himself the head of the Church. (2) America was discovered in 1492 by Christopher Columbus. In
1497. John Cabot discovered Newfoundland, and the same year
Vasco de Gama rounded the Cape of Good Hope. (3) The reign of Elizabeth was specially famous for its great writers
William Shakespeare, the poet and dramatist (1564-1616); Edmund Spenser', author of the “Faërie Queen" (1553-1599); Sir Philip Sydney, author of “ Arcadia ;” and Sir Walter Raleigh, author of "The History of the World.
IL PENSEROS01—(John Milton.)
The broodt of folly without father bred!
Dwell in some idle brain,
Or likestii hovering12 dreams
(10) The fickle13 pensioners14 of Morp'-heus'15 train.16 1. (Pronounced Il Pen-sčr-o'-sv=The Pensive or Thoughtful man. 2. Away. 3. Deceiving, leading astray. 4. Offspring, that which is bred. 5. Be in the stead of, avail, give aid. 6. Serious. 7. Trifles. 8. Foolish minds. 9. Showy. 10. The little specks of dust, &c., that are always seen moving about where an isolated ray of the sun passes through the air. 11. Most like. 12. Hanging over, like a bird before it alights. 13. Changeable. 14. Attendants, servants. 15. The God of sleep (pro. Mõr'-fūse). 16. Followers, retinue.
Lesson 57.–Tuesday Morn. Geography. Write and Learn.
SCOTLAND. A 12.—(2) Manufactures-The most important manufactures are cotton, woollen, linen, iron, and silk.
(a) COTTON, chiefly carried on at Glas'-gow, on the Clyde, and Pais'-ley near the Clyde
(6) WOOLLEN, in the valley of the Tweed, at Hawick and Gal-a-shiels', at Stir'-ling and at Pais'-ley.
LESSON 67-Continued. (c) LINEN, at Dun-dee', Mon-trose', and Ar-broath (ar-broth).
The cotton manufacture is carried on chiefly in the west, the linen in
the east, and the woollen in the south-east. (11) IRON MANUFACTURE has its chief seat towards the lower course of the Clyde at Glas'-gow, at Air-drie, in Lanark, and also at Car-ron, in Stirling.
The mineral wealth of Scotland is included between the mouths of the Clyde, and Tay, and St. Abb's Head, and the town of Ayr.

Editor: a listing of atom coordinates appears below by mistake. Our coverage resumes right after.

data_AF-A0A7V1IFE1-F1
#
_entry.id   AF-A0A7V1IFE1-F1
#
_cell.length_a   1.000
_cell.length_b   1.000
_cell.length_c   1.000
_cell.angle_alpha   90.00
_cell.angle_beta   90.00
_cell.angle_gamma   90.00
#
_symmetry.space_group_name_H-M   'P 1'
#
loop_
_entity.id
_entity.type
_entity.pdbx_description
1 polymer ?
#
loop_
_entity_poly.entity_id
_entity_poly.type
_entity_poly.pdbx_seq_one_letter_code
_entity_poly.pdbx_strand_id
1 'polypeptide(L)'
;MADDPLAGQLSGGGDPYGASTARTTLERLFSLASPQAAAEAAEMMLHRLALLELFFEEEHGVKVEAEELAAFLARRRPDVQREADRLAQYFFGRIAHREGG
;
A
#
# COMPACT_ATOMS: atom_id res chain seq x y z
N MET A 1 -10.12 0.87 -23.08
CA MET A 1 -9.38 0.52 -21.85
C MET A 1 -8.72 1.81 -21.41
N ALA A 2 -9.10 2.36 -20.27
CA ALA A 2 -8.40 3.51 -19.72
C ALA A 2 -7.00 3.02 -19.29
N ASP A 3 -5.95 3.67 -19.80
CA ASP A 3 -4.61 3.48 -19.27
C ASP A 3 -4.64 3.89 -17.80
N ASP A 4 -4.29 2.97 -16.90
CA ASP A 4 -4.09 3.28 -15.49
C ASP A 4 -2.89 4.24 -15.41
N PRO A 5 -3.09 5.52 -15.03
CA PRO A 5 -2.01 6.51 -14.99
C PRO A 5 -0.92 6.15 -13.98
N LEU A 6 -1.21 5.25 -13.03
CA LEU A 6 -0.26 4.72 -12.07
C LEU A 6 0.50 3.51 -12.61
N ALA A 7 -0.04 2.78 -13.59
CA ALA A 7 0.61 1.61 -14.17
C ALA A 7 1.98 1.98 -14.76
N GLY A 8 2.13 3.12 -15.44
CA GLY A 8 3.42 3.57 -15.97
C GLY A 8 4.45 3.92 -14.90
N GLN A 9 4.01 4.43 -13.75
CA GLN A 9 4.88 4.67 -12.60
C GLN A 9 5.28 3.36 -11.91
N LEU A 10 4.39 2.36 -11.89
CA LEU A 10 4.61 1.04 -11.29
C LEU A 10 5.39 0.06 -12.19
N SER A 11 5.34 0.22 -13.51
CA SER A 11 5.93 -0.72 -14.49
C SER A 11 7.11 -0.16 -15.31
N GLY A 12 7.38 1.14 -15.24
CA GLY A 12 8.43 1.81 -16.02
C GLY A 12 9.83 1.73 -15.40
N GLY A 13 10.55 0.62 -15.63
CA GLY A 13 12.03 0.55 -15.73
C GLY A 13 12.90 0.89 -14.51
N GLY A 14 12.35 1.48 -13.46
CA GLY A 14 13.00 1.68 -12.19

Coal and iron are abundant within this district. (e) Silks are chiefly made at Pais'ley and Glas'gow.
TH) SHIPBUILDING is an important branch of trade on the Clyde, especially at Glas'gow.
(9) WHISKY, another important manufacture, is distilled in various parts. It is made from grain.
B 12–COUNTRIES OF EUROPE, WITH THEIR CAPITALS, &c. Countries of Europe. Capital and Chief Towns.
Rivers, &c., they stand
ASIA. C 12-Asia is the largest of the continents, forming one-third of all the land on the earth. It has the Arctic Ocean on the north, the Pa-cif-ic on the east, the Indian Ocean on the south, and Europe, the Caspian Sea, the Black Sea, the Mediterranean, and part of Africa on the west. It is about 44 times as large as Europe.
PARTS OF THE SEA.-(1) The Red Sea on the west between Africa and Asia. (2) A-ra'-bi-an Sea, on the south.
Bay of Ben-gal', east of India. (4) China Sea, south of China, (5) Yel'-low Sea, north of China. (6) Ja-pan' Sea, between Japan Islands and the mainland, (7) Sea of Ok-otsk', east of Si-be'-ria.
CAPES.-Ras-al-Had, south-east of Arabia ; C. Com'-/-rin, south of Hin-
(1) 1 and 1 (5) , o
(10) , , ;
(11) \, , ,
į, of 1, 2
(4) CausThe horse walking to the questi no room."
Lesson 59.—Thursday Morn. Grammar. Write and Learn.
Adverbial sentences relate to time, to place, to manner, and to cause. (1) TIME.- Answering to the question when ?
“I went home after we left school." (2) PLACE.--Answering to the question where? or whence ?
"You cannot stand where there is no room." MANNER.-Answering to the question how ?
“The horse walks as if it were tired." (4) CAUSE. --Answering to the question why?
“I ran quickly that I might be in time.' The principal conjunctions used to connect adverbial sentences with the principal, are
TIME.--As, when, before, ere, after, until, while, &c.
CAUSE.-Because, for, since, if, unless, though, yet, except, however, that, so that.
Ex. 29. Pick out the ADVERBIAL sentences, and show what relations they express.the flowers will die if you do not water them. It was so cold that the river was frozen. He is not where I expected to see him. When the clock strikes twelve you may go home. Come and see me as often as you like. “Where thou goest I will go." The more you strive the more you will improve. We eat in order that we may live.
Ex. 30. Parse—“O crow," said he, "how beautiful are thy wings !”
Lesson 60.-Friday Morning. Work these Sums.
(3) Mit, 335, 11
(4) 1, 3, 5, 1, 12 Find the GREATEST and Least of the Fractions
(5) 4, 12, , }, } (6) 11, 4, 15, io, History.-Write and Learn.—THE HOUSE OF STUART. Began to reign. Died.
(Son of Mary Queen of Scots, grandJAMES I. ............ 1603 .. 1625 daughter of James IV. and Mar
garet, daughter of Henry VII. CHARLES I. .......... 1625 .. 1649 Only surviving son of James I.
THE COMMONWEALTH (1649–1660). OLIVER CROMWELL .. 1653 .. 1658 Made Lord Protector RICHARD CROMWELL.. 1658 Kesi91669 Son of Oliver Cromwell